Looking for a cheap flue analyser? Well, the words “cheap” and “flue analyser” seldom coexist in the same sentence, but here is what we found.
At around £300, you can’t knock the Regin Probe Regxa1 analyser. You’ve got all the domestic fuel capability you need (gas, butane, LPG and oil), and there’s a 12-month warranty to protect your purchase.
Like many of the other flue analyser models, the Regin Probe doesn’t come with a carry case, so we’d recommend you to get one.
Flue Gas Analyser FAQs
Below, we’ll answer some flue analyser questions we’re often asked.
What is a flue gas analyser?
A flue gas analyser is a portable electronic device that measures fossil fuel emissions from various appliances, such as boilers and fireplaces. These devices are used mainly to test appliance emissions and ensure that the appliance is working properly.
Flue gas analysers can also be utilised to monitor the air quality in any given space. By recording elevated levels of dangerous gases, such as CO2, a flue gas analyser can alert the tester that some appliance or another is not being vented properly, and the room occupants’ health and safety are at risk.
How to read a flue gas analyser?
A flue gas analyser will show the ratio between Carbon Monoxide and Carbon Dioxide in the flue gases. When measuring a condensing boiler’s flue gases, unless specified otherwise by the manufacturer, this ratio should not exceed 0.004; likewise, the CO concentration should not be higher than 350 PPM. If the readings are higher, the appliance should be investigated.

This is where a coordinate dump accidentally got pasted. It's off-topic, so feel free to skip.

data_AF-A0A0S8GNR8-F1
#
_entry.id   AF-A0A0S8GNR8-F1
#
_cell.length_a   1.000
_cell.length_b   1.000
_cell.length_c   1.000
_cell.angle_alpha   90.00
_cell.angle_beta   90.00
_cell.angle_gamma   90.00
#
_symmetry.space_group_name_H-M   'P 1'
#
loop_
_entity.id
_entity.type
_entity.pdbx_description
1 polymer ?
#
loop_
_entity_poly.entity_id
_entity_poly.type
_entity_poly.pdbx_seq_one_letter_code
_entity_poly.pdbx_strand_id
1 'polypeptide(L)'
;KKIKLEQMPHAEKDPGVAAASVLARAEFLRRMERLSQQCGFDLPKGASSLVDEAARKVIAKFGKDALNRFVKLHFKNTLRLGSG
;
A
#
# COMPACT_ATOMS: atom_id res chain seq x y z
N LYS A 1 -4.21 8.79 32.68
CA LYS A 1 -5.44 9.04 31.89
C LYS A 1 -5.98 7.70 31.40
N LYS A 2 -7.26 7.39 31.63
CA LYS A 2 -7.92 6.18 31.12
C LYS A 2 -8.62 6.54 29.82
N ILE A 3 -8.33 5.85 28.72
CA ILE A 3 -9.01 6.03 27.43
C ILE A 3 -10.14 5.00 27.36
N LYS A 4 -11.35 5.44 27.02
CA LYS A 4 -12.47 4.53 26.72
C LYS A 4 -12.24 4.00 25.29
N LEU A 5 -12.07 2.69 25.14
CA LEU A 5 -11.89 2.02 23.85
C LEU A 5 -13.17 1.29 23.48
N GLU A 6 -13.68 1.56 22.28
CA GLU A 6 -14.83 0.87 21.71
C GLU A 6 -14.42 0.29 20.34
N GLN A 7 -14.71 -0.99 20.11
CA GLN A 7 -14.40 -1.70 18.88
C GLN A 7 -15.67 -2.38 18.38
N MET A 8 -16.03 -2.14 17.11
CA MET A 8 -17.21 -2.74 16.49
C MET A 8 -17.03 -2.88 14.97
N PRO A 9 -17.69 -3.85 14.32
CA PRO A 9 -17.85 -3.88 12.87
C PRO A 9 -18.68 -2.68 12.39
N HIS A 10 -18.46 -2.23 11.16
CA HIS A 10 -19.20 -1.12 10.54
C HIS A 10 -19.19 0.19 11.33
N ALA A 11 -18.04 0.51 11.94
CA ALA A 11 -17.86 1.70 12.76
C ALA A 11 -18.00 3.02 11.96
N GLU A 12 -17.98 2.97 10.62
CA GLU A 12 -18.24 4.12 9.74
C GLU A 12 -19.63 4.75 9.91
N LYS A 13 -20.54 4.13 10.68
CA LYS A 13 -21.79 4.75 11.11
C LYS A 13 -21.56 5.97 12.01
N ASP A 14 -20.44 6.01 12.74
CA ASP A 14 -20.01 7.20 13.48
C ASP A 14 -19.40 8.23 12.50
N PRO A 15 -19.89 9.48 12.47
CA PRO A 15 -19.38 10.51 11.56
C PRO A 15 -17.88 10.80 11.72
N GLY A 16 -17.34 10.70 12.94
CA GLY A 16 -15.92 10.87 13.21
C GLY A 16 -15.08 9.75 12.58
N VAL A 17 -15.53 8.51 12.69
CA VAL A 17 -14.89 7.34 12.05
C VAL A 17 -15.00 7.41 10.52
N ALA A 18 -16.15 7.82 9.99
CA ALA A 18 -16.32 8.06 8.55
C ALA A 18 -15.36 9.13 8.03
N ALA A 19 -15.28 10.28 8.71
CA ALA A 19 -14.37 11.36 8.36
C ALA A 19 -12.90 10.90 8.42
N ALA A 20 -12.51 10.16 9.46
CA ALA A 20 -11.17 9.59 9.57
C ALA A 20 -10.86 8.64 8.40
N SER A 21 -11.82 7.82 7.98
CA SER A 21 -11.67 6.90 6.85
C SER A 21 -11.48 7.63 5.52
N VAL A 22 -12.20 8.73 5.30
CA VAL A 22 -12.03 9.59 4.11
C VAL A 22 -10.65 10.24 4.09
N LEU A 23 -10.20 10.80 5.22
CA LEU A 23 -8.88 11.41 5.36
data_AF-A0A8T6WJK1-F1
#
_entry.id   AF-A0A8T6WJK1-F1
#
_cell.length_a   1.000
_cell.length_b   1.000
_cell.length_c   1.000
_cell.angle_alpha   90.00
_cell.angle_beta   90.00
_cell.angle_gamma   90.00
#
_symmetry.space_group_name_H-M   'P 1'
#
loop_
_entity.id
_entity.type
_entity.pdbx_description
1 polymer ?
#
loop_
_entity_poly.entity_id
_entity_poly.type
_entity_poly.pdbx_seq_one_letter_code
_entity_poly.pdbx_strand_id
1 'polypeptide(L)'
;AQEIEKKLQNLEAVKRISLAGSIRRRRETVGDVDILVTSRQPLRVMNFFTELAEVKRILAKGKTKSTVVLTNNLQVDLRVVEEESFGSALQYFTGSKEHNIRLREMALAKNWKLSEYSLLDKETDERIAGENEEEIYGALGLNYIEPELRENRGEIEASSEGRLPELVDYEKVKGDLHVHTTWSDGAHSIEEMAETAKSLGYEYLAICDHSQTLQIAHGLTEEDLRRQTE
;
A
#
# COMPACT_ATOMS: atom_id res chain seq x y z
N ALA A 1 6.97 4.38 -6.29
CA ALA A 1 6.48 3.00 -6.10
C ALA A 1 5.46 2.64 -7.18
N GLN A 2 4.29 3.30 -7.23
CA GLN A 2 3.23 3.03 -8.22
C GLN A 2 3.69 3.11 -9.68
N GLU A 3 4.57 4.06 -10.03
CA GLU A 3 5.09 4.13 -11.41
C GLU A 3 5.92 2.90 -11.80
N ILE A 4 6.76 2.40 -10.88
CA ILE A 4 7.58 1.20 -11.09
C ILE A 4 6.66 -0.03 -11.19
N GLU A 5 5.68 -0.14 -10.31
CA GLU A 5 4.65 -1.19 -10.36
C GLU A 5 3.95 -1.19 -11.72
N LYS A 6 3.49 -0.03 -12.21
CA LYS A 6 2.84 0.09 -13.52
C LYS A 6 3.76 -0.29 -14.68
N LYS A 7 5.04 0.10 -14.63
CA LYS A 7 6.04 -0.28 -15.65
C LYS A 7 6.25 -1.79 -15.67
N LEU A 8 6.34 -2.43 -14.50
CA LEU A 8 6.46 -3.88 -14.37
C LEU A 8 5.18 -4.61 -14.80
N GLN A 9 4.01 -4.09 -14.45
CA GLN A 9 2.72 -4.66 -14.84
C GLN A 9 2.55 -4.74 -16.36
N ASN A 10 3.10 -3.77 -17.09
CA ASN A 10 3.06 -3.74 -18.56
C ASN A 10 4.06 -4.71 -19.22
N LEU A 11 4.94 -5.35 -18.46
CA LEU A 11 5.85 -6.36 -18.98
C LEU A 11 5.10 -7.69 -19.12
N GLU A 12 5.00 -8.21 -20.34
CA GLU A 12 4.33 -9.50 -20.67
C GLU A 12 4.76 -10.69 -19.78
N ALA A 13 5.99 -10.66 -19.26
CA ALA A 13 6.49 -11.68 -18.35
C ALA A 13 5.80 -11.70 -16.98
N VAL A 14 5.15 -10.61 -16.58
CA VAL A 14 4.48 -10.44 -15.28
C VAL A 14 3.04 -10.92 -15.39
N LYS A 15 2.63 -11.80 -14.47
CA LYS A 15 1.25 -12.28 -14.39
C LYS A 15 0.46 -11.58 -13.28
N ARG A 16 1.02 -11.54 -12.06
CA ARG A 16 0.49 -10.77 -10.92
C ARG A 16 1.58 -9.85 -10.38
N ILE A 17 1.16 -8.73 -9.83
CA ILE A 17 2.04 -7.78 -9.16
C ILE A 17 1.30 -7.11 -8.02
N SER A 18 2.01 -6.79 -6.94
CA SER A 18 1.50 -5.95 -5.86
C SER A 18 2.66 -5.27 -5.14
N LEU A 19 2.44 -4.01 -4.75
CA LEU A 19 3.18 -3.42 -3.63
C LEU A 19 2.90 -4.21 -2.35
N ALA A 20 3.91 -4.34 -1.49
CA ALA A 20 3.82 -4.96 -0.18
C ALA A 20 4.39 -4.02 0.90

Meanwhile, a CO/CO2 ratio of 0.008 is considered dangerous.
Remember, flue gas analysis is not a DIY-type task. If you believe that your appliance’s flue gases — or your room air quality — should be measured, please get in touch with a Gas Safe engineer.
How do I calibrate a flue gas analyser?
You shouldn’t try to calibrate a flue gas analyser yourself — your device’s manufacturer can do this for you. Typically, the timeframe for the calibration process is about 24-72 hours, depending on the manufacturer.
Which flue gas analyser should I buy?
The Testo 310 would be our top pick — it’s got a range of combustion measurements, is highly durable, reliable, and easy to use. Its 10-hour battery life means you needn’t ever worry about recharging the device during your workday, and though it’s not cheap by any means, your purchase includes a printer kit, condensate trap, and filters.
Thanks for reading our 5-minute guide to the best flue gas analyser models in the UK.
Not sure which flue analyser to buy, or bought one not mentioned above and got an opinion on it that you want to share?